[DEBATE] : On pluralism and academia
rangreen at sn.apc.org
Fri Jan 30 06:06:19 GMT 2009
This is the 'party line' from Tel Aviv university and is likely to be adopted by
others. The issue, of course, is not the opinions of the intended professor
but her practices. It's the difference between an Alan Dershowitz who voices
despicable opinions and a John Yoo who shapes despicable policies. The
former is legitimate, the latter is not. She cannot be compared to a lawyer
who defends a nasty client and uses whatever legal tricks are available to
exonerate him. Rather, she is like a Tom Hagen consigliere, who shapes
criminal actions before they take place and is thus an accomplice, even
without pulling any triggers
On pluralism and academia
By Hanoch Dagan
Haretz, 30 January 2009
The editorial in yesterday's Haaretz discusses the decision by Tel Aviv
University's law faculty to appoint Col. Pnina Sharvit-Baruch to teach a
course on international law. The editorial referred to my reaction to critics of
the decision as "misleading" and my reasoning as "demagogic."
The editorial is based on an article in which two university professors
expressed opposition to the appointment. The reporter who wrote the piece
used only a portion of the information I submitted to the newspaper, despite
my request that my comments be printed in full.
I made comments including: "Without commenting on the facts stated in
the article, I am not convinced that the faculty of law must examine and
appraise the legal, political and moral positions of its instructors as long as
these are within the bounds of the law and the accepted limits of a
democratic society. On the contrary, the faculty always makes an effort to
expose its students to a variety of opinions and viewpoints, and encourages
informed, academic discussion on controversial issues."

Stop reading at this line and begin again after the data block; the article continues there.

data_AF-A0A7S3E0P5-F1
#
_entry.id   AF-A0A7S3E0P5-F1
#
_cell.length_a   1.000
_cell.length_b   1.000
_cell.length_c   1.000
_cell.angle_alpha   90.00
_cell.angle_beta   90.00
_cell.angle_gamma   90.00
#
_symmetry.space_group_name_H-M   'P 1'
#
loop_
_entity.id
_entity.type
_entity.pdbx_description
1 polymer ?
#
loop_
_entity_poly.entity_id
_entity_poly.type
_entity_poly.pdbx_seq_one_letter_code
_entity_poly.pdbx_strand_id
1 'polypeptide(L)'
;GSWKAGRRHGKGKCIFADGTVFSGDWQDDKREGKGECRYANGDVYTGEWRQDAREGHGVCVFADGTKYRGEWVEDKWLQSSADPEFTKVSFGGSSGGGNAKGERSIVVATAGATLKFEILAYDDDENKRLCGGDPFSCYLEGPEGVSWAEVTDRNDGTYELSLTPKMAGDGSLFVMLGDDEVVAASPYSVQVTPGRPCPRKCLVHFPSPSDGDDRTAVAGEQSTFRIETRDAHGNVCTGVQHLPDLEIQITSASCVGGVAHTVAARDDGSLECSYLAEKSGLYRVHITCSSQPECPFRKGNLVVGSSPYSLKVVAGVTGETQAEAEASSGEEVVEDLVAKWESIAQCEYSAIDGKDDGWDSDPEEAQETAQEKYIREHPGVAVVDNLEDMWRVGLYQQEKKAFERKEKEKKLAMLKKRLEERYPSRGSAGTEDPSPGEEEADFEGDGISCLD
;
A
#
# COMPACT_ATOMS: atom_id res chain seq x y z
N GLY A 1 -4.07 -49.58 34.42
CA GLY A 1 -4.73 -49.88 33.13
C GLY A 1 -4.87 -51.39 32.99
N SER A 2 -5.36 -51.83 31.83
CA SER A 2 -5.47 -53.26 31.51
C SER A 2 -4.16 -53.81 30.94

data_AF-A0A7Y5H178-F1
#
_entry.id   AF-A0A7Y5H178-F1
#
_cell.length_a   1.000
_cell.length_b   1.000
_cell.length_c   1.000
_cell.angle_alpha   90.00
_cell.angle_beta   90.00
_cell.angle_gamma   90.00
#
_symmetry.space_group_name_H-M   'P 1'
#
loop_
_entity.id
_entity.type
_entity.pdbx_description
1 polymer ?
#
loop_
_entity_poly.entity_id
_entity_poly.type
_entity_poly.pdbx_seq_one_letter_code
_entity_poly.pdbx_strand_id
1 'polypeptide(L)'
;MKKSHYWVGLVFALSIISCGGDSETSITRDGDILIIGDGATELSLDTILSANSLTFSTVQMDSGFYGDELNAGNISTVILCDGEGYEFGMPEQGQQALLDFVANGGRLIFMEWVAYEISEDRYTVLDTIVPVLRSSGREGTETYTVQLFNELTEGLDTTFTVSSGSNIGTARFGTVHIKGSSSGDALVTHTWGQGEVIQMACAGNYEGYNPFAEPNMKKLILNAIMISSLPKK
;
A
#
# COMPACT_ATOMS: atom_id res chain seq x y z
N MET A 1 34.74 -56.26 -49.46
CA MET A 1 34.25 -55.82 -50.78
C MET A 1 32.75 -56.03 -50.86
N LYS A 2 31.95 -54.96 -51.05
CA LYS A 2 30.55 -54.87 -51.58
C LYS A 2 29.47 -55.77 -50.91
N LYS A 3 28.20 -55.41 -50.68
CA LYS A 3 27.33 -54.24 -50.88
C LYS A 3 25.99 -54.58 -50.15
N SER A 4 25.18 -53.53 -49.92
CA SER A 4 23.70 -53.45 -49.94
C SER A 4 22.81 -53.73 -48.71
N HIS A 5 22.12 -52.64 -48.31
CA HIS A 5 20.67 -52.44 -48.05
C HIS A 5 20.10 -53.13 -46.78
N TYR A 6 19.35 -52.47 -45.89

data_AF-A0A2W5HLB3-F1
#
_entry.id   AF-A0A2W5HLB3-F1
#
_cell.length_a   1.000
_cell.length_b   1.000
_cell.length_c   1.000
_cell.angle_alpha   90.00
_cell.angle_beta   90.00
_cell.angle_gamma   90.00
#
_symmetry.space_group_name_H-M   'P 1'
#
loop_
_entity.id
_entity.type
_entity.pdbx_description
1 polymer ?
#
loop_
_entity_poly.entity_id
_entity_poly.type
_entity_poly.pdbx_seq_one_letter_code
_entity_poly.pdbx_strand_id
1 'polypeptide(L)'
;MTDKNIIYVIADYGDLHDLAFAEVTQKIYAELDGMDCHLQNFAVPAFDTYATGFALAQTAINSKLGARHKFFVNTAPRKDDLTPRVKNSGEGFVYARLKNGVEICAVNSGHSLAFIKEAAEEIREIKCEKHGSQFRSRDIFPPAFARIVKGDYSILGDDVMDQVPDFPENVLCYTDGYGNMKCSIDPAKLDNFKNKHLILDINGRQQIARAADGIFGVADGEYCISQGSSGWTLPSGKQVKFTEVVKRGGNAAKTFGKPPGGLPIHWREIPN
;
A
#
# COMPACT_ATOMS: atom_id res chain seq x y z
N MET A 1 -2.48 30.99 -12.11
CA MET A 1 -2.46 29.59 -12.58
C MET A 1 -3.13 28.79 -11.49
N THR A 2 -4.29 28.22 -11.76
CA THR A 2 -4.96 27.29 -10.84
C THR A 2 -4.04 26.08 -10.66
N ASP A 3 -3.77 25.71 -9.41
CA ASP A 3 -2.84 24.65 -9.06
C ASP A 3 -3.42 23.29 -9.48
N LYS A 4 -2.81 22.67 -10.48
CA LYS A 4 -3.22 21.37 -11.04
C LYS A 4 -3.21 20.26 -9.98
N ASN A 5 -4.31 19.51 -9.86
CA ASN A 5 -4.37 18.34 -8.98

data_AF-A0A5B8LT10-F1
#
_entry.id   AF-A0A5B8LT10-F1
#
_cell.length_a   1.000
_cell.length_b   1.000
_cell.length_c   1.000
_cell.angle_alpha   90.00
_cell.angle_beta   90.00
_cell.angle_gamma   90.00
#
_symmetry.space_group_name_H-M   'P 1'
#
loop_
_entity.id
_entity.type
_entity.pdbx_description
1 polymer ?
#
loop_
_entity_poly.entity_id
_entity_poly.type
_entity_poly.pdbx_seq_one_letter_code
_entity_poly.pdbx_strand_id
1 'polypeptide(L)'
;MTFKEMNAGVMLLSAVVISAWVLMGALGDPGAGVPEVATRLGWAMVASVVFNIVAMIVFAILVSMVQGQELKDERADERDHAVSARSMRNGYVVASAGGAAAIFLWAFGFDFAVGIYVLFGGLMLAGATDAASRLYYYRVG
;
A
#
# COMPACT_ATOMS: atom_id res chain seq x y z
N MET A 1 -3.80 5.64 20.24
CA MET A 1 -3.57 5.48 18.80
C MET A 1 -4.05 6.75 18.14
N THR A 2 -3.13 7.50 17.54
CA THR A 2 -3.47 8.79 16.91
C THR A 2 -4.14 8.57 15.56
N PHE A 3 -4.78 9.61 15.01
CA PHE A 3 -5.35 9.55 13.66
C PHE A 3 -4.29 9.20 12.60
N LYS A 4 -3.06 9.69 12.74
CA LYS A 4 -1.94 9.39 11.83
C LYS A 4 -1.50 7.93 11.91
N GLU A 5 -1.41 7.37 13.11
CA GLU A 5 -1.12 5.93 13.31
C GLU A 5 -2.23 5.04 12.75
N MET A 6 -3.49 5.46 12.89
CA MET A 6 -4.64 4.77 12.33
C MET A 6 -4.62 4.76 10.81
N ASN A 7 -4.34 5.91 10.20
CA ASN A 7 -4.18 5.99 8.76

I also said that "the faculty higher-ups are not authorized and not fit to
ascertain the factual questions described in the article ... As long as these
questions have not been cleared up, as we know is being done at the
present time, there is no room for drawing conclusions."
In contrast to the author of the editorial, I am hesitant to engage in
scapegoating based on newspaper articles. Such field trials are not, after
all, the way of academia. On the contrary, academia that is worthy of its
name, and the law faculty in particular - which justifiably was labeled in the
editorial as "the spearhead of academic legal research in Israel" - always
strives to expose its students to the best teachers available while taking into
account their academic contributions, not their institutional affiliations or
The faculty has sometimes been attacked from the right because its halls
include a fair representation of opinions that differ from those of Sharvit-
Baruch (as opposed to what was suggested in the editorial). Our responses
to these attacks have always been, and will continue to be as long as I bear
responsibility, unchanged and determined: Pluralism is the air breathed by
academia; it is part of its raison d'etre and its important social function.
In the critical battle for the identity and image of Israeli society, we, the
members of the academy, have an important function in nurturing students
who think critically and independently. We are not deterred from dissent or
from voicing different opinions. The opposite is true. We encourage them.
Tel Aviv University has adopted a strikingly liberal policy in this area. It
allows the expression of various opinions in the classrooms, in public
protests on campus lawns, and in the plaza at the university's entrance.
Our policy has often attracted criticism. For some, we are too liberal. For
others, we are insufficiently liberal.
Either way, the university follows a clear policy, and it has no intention of
yielding to pressure from this or that camp. The editorial adds that due to
the law faculty's standing, it bears an academic and public responsibility to
hold an in-depth, fundamental discussion on what is permitted and what is
not in combat. Obviously, I agree with this. The faculty fills this role
adequately and will continue to do so while taking into consideration facts
that have been confirmed by the use of academic tools.
We have held, and will continue to hold, conferences on the subject. In
these discussions, we will ensure we hear a variety of opinions of those who
sit in ivory towers and those who face the difficult dilemmas in real time and
are ready to place their thought processes to a professional, academic test
It is specifically due to the faculty's public and academic responsibility that
we cannot adopt the unequivocal and hurried legal conclusions that
appeared in the Haaretz editorial. This is especially valid with regard to the
argument, which to my sorrow qualifies as demagoguery, that states that
these conclusions justify the cancellation of Sharvit-Baruch's appointment.
The writer is the dean of Tel Aviv University's law faculty.
Johannesburg, South Africa
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